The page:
9. Met a guy at a gun store, the owner, who was a retired cop. He had notebooks full of bits and pieces of his career as an L.A. cop. He sort of wondered if it could be turned into a book or memoir. Maybe it could, but not by me. It didn't have enough meat on its bones though this was one good cop. I had told him that I was writing a series of stories about a guy who grew up with a father in the Mafia back east, but this guy got out, changed his name and became a private detective. My character's name was Johnny Casino. That's when the former cop told me his dad had been in the Greek Mafia. He told me a little about how that was for him growing up and even later. He remained a good cop even with a dad like that. That part became some of the feeling Johnny Casino had in my books. I gave him credit in the book for helping me find Johnny's soul.

  10. Nice piece, Paul. Only once have I run with someone else's great idea — and it really was a great idea: Last year, Sleuthsayer Michael Bracken invited me to submit to his The Eyes of Texas anthology, and I said I'd love to but had no ideas that could be Texased up enough to make them suitable. Michael asked me if I knew that there were German POW camps in Texas during the Second World War, at least one of which — Camp Hearne — is now a historical monument. I didn't know, and that one fact was all it took to get me writing. The result, "The Yellow Rose of Texas," will be in Michael's book, which is due to be published right around Bouchercon time. Thanks again for the great idea, Michael!

  11. Pamela Asbury-Smith09 April, 2019 13:44

    A writer of my acquaintance bought my Hawaii-centric novel for information; said she was writing one set in Hawaii. Red flag! She then asked me to review a few of her chapters. As I was reading her MS, those flags turned glaringly Red. I offered her several cultural suggestions and spelling corrections, but my recommendation was that she take a very long trip to Maui and research her story first hand. I read a sample of the book on amazon and discovered she took none of my advice on spelling, names, or behaviors. I also noticed the book hadn't been reviewed.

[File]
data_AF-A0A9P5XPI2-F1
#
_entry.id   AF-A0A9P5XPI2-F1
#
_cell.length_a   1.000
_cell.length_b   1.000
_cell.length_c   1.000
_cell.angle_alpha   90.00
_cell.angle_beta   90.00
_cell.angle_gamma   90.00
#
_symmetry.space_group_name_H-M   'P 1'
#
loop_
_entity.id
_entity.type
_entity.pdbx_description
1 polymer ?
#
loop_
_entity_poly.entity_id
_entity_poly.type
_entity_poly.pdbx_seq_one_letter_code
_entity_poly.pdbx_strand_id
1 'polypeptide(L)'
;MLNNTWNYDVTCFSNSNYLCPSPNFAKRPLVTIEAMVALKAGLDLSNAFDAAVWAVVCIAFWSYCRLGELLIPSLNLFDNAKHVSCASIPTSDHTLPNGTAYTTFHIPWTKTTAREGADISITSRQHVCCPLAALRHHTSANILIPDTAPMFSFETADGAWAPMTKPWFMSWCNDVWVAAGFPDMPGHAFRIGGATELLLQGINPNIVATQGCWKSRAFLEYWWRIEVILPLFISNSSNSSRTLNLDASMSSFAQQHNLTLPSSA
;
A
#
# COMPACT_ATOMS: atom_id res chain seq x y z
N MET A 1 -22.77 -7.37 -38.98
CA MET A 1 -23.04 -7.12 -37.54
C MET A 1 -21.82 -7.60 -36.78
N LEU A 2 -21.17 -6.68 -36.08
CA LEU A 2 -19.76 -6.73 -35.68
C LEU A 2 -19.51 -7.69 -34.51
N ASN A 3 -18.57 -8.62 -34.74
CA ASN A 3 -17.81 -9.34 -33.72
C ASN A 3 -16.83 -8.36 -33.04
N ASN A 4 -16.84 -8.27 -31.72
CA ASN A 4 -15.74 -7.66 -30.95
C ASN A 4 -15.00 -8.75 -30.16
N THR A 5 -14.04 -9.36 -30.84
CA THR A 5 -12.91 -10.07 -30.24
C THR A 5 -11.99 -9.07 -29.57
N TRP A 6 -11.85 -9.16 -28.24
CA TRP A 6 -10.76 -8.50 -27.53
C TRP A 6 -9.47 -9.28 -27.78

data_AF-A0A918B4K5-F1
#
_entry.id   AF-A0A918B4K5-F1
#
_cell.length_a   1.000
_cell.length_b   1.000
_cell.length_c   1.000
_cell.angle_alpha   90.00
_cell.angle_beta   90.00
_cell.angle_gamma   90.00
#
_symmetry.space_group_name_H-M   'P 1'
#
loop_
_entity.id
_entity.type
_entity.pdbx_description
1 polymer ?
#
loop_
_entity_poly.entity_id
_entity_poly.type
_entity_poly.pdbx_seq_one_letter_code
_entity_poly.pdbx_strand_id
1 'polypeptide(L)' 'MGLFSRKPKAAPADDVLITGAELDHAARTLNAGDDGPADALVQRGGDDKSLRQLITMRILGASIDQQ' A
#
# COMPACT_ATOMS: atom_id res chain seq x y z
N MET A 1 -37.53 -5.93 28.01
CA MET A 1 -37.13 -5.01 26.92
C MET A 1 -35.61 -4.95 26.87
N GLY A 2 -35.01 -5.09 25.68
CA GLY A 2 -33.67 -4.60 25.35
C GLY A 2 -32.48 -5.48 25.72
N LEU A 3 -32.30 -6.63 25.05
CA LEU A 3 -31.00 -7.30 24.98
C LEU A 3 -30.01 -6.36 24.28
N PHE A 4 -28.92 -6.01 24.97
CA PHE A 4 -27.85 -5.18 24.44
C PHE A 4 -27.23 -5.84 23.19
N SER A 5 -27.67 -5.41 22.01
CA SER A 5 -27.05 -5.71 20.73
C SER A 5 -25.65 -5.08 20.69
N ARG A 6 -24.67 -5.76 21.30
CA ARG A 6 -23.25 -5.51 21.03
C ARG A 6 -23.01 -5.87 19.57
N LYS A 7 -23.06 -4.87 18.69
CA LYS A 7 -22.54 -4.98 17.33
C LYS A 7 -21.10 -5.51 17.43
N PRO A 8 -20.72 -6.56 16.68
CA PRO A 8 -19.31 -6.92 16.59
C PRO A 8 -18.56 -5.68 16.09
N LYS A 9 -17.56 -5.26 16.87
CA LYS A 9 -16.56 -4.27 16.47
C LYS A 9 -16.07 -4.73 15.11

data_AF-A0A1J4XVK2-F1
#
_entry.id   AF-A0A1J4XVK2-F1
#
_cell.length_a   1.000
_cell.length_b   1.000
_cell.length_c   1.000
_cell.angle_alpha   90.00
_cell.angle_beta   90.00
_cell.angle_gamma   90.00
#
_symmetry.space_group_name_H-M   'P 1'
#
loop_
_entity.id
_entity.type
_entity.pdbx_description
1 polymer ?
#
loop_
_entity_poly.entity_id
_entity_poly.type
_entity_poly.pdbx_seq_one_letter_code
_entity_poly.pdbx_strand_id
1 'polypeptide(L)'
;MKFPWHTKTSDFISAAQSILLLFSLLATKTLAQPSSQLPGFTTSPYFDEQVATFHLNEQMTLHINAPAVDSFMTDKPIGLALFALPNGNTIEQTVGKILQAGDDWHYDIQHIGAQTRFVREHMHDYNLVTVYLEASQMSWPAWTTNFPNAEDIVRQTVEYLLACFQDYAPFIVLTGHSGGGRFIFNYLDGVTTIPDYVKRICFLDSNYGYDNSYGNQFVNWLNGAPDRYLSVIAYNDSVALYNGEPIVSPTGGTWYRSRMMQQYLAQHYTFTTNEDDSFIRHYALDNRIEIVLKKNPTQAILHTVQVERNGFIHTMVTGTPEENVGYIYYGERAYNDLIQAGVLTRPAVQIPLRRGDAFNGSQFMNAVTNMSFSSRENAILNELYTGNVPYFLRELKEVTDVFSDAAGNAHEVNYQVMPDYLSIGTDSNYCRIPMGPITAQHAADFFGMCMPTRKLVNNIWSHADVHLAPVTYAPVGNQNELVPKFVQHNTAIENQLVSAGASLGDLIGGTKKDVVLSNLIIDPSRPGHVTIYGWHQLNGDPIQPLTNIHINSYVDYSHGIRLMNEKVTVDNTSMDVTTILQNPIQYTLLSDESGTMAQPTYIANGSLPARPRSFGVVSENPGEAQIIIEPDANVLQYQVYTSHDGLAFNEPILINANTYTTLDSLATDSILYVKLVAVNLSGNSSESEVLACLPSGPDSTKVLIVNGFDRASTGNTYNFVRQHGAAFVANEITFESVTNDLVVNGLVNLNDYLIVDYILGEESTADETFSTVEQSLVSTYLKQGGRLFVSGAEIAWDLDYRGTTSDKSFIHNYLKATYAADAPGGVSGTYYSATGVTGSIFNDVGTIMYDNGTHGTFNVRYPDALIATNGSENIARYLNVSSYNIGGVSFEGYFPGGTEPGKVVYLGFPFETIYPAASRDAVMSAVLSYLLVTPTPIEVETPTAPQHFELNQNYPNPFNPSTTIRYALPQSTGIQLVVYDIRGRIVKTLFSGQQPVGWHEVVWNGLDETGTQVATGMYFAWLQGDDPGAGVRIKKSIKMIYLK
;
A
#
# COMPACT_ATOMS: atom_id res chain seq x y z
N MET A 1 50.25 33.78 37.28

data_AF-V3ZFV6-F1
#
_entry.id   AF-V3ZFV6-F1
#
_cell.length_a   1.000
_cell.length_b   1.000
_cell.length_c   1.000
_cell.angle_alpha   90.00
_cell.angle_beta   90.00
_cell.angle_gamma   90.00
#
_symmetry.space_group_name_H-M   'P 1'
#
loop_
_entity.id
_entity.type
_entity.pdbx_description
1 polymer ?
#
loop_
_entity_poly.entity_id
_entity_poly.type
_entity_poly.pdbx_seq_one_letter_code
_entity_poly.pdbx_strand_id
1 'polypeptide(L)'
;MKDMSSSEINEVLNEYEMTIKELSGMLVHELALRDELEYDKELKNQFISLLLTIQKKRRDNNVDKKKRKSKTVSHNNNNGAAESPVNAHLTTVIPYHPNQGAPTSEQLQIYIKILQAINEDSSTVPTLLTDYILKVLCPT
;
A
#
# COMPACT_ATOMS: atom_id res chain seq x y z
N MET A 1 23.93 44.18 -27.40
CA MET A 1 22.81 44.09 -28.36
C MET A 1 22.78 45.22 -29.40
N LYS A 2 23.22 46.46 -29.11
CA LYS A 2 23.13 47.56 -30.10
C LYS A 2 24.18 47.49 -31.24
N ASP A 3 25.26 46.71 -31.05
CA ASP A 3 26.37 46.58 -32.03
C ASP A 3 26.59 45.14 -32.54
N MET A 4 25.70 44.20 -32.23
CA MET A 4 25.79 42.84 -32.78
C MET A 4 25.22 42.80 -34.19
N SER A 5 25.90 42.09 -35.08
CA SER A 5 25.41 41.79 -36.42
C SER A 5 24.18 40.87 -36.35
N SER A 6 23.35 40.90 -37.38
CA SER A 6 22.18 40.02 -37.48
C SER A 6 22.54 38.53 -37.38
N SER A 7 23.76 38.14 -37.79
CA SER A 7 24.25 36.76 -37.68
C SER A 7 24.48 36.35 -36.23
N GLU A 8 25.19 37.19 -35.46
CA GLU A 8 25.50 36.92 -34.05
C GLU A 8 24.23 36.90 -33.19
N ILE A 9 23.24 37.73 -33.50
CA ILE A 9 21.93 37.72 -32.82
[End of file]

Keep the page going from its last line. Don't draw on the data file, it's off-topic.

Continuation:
12. Fun piece, Paul! I do indeed remember Moviolas aka The Big Green Sewing Machines. You had to watch your fingers when using those suckers! I pay loving tribute to them in my story "Hot Moviola," published in the Gary Phillips edited anthology 44 Caliber Funk.

    I still crack up when I think how Larry David nailed the "Hey, Mister" moment on Seinfeld when he had George pitch a ludicrously bad LA Law episode to Corbin Bernsen.

  13. Thanks for your comment, Eve. Love your idea about telling your in-law Dianetics. Then he could start his own religion, too, and really get rich.

  14. Maybe write the story as fiction, Elizabeth. That way you’re covered both in terms of facts or not and also liability to a great extent.

  15. That’s a great story, Gayle. So sometimes I guess other people’s ideas do pay off. But probably not the majority of time.

  16. That’s a great story, Josh. And good luck with it in the anthology. I did a screenplay one time about a German POW camp here in California. It got a lot of attention but alas, as so often happens, didn’t end up getting produced. I still think about resurrecting it sometimes.